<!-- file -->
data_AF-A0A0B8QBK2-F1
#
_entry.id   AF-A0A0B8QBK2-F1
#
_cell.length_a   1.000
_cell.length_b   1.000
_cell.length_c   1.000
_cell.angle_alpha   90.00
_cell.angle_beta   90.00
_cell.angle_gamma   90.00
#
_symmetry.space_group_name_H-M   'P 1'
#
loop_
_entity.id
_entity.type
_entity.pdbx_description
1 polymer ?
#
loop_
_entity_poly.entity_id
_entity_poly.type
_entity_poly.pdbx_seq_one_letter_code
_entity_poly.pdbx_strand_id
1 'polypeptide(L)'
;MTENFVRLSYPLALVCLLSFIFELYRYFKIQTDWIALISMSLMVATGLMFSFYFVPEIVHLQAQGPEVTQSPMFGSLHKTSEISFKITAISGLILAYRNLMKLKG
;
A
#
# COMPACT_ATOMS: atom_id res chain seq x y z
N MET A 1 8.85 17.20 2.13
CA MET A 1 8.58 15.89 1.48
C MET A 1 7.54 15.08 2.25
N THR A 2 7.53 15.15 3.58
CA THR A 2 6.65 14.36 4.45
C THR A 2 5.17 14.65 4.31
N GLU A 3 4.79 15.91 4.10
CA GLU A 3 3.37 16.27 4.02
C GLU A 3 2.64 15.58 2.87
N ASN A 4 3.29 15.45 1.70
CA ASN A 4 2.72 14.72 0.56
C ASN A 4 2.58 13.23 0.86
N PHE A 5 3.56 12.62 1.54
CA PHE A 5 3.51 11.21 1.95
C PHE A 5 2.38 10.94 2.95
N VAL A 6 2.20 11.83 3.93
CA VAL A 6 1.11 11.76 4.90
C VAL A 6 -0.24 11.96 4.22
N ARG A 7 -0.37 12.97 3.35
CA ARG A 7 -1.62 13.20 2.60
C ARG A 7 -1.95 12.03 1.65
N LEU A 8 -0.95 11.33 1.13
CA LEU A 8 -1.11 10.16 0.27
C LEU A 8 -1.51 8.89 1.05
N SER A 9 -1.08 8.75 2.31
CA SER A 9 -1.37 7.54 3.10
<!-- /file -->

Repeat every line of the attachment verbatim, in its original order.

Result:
data_AF-A0A0B8QBK2-F1
#
_entry.id   AF-A0A0B8QBK2-F1
#
_cell.length_a   1.000
_cell.length_b   1.000
_cell.length_c   1.000
_cell.angle_alpha   90.00
_cell.angle_beta   90.00
_cell.angle_gamma   90.00
#
_symmetry.space_group_name_H-M   'P 1'
#
loop_
_entity.id
_entity.type
_entity.pdbx_description
1 polymer ?
#
loop_
_entity_poly.entity_id
_entity_poly.type
_entity_poly.pdbx_seq_one_letter_code
_entity_poly.pdbx_strand_id
1 'polypeptide(L)'
;MTENFVRLSYPLALVCLLSFIFELYRYFKIQTDWIALISMSLMVATGLMFSFYFVPEIVHLQAQGPEVTQSPMFGSLHKTSEISFKITAISGLILAYRNLMKLKG
;
A
#
# COMPACT_ATOMS: atom_id res chain seq x y z
N MET A 1 8.85 17.20 2.13
CA MET A 1 8.58 15.89 1.48
C MET A 1 7.54 15.08 2.25
N THR A 2 7.53 15.15 3.58
CA THR A 2 6.65 14.36 4.45
C THR A 2 5.17 14.65 4.31
N GLU A 3 4.79 15.91 4.10
CA GLU A 3 3.37 16.27 4.02
C GLU A 3 2.64 15.58 2.87
N ASN A 4 3.29 15.45 1.70
CA ASN A 4 2.72 14.72 0.56
C ASN A 4 2.58 13.23 0.86
N PHE A 5 3.56 12.62 1.54
CA PHE A 5 3.51 11.21 1.95
C PHE A 5 2.38 10.94 2.95
N VAL A 6 2.20 11.83 3.93
CA VAL A 6 1.11 11.76 4.90
C VAL A 6 -0.24 11.96 4.22
N ARG A 7 -0.37 12.97 3.35
CA ARG A 7 -1.62 13.20 2.60
C ARG A 7 -1.95 12.03 1.65
N LEU A 8 -0.95 11.33 1.13
CA LEU A 8 -1.11 10.16 0.27
C LEU A 8 -1.51 8.89 1.05
N SER A 9 -1.08 8.75 2.31
CA SER A 9 -1.37 7.54 3.10